To be published: Brittney Dawney and Joshua M. Pearce, “Optimizing the solar water disinfection (SODIS) method by decreasing turbidity with NaCl”, Journal of Water, Sanitation and Hygiene for Development, 2(2) pp, 87-94 (2012). doi: 10.2166/washdev.2012.043.
Optimizing the Solar Water Disinfection (SODIS) Method by DecreasingTurbidity with NaCl
Solar water disinfection (SODIS) has proven to be effective at reducing diarrheal incidence in epidemiological intervention studies. However, the SODIS method is limited to waters of low turbidity (<30NTU). This study investigates the use of common table salt (NaCl) to reduce the turbidity of water containing suspended colloidal clay particles for use in the SODIS method. Three representative clays found in tropical soils(kaolinite, illite, and bentonite) were tested at three levels of turbidity (50, 100, and 200NTU) for their flocculating behaviour with multiple NaCl concentrations to find theoptimum. Supernatants were tested for sodium concentration for comparison againsthealth and taste thresholds.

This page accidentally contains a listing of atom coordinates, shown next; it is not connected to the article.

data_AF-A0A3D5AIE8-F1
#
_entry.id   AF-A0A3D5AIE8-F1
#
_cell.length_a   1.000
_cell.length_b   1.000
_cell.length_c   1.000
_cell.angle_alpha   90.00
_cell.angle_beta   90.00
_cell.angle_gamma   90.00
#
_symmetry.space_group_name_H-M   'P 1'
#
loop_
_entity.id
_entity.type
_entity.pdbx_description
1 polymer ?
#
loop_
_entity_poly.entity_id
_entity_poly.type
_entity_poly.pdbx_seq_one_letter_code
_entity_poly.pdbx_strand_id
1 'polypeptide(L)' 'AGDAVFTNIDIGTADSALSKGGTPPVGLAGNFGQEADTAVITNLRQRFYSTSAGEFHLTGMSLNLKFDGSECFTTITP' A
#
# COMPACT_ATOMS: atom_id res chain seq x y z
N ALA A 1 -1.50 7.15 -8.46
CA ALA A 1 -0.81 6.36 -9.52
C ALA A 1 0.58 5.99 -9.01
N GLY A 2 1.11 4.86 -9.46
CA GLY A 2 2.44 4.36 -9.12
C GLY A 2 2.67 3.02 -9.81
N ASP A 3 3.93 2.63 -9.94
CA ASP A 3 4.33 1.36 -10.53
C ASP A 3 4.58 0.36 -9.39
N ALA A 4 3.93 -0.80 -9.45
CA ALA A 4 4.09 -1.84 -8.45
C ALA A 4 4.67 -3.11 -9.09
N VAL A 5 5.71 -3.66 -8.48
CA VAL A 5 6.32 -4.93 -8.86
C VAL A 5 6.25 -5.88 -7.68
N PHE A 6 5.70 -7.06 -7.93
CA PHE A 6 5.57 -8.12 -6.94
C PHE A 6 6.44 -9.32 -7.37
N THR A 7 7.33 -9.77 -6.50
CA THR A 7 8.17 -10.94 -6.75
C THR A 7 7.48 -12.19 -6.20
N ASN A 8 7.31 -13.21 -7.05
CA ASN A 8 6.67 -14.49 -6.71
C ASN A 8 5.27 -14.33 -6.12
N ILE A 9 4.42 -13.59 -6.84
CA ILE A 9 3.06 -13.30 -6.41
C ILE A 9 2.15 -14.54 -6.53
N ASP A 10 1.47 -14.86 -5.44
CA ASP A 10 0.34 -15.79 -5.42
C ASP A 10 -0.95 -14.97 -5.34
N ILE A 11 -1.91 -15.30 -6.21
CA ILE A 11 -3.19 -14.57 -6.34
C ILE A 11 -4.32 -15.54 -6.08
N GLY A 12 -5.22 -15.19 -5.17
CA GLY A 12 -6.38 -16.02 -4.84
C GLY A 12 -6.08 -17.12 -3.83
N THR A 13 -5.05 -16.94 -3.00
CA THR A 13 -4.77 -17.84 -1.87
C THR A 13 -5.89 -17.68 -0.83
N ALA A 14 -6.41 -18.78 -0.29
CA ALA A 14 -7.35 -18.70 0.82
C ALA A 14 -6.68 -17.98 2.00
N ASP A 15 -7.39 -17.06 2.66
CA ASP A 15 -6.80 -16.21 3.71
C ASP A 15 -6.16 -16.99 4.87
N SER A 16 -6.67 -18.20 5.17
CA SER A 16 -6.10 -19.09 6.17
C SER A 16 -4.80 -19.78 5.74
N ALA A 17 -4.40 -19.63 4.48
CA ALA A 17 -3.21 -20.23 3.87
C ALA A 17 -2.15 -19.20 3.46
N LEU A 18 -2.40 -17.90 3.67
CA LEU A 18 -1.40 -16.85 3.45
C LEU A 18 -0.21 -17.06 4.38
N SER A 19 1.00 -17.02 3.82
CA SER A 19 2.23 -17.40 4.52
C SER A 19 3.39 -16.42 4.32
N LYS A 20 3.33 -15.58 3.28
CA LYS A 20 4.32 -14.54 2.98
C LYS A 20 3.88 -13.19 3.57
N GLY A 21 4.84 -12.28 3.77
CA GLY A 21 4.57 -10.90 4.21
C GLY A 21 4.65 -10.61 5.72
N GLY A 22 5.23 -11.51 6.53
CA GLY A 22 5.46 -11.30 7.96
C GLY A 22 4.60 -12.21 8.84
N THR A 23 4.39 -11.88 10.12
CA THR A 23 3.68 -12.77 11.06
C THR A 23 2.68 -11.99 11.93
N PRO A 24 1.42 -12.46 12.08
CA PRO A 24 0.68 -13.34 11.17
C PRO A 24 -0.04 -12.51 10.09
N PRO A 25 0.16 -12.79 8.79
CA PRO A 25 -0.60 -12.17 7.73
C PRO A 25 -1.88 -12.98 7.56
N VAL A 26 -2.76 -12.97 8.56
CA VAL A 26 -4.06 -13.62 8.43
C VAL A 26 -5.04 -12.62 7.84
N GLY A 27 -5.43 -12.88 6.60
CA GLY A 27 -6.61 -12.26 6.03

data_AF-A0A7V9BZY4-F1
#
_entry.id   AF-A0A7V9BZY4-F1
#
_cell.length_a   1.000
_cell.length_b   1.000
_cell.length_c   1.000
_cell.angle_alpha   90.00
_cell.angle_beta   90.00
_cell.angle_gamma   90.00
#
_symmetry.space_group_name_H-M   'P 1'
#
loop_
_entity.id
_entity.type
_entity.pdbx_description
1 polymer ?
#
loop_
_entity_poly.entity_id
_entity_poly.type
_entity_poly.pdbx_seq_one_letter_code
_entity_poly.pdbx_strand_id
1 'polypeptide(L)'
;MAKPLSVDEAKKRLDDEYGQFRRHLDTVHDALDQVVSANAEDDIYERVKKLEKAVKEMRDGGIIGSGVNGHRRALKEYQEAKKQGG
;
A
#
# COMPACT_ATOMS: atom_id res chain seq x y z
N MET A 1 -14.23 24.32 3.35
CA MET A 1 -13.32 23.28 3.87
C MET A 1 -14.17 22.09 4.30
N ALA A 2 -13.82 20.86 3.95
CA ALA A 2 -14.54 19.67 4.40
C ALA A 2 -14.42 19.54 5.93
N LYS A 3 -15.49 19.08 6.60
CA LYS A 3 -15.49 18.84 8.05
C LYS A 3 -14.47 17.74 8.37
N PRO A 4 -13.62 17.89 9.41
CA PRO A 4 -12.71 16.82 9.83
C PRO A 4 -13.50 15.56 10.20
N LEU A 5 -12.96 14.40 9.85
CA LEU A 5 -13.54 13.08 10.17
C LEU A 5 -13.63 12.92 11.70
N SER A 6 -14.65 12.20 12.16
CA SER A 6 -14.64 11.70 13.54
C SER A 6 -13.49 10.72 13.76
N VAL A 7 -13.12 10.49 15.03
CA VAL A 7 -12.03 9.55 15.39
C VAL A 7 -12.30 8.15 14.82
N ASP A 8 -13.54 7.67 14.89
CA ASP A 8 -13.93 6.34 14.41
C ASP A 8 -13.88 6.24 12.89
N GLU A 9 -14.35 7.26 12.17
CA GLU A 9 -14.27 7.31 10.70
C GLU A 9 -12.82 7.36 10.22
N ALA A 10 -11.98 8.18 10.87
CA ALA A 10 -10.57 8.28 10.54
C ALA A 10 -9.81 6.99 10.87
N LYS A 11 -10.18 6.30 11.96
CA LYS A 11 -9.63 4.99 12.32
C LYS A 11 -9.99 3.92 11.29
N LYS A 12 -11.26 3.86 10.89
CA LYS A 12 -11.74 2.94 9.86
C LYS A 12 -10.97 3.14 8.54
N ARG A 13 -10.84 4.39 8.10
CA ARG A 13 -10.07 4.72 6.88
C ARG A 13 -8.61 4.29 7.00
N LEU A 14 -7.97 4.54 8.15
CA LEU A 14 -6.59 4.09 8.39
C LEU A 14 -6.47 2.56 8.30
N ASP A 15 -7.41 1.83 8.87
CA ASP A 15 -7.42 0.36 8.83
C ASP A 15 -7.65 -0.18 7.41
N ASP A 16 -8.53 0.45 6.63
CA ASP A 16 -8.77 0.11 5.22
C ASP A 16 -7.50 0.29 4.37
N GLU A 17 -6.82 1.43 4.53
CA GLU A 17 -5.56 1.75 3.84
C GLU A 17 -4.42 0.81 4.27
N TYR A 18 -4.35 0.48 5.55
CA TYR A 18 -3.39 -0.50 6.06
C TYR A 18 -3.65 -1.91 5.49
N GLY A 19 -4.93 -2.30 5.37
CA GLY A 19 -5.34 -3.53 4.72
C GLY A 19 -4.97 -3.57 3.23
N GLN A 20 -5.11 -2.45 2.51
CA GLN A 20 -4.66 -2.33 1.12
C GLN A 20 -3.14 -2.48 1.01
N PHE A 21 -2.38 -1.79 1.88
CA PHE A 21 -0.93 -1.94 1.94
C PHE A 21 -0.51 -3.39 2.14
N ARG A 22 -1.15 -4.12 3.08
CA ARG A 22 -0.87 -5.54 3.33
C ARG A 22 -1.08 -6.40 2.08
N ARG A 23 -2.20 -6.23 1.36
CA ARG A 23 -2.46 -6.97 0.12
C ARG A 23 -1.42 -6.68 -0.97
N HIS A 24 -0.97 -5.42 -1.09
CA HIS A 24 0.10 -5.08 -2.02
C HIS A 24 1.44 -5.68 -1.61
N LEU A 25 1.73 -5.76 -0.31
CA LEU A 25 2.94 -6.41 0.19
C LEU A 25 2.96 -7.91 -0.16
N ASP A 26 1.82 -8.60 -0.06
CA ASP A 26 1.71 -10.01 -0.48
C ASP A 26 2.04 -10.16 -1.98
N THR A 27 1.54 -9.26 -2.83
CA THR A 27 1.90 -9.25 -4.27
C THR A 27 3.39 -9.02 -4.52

Results show that unlike kaolinite and illite, pure bentonite solutions were shown to be very responsive to NaCl and produced supernatants with as low as 4 NTU (98% particle removal efficiency). This study has shown that NaCl, incombination with high-activity clay particles in solution, may effectively reduce turbidityto levels suitable for SODIS treatment, thereby expanding the number of people who canutilize the technology effectively.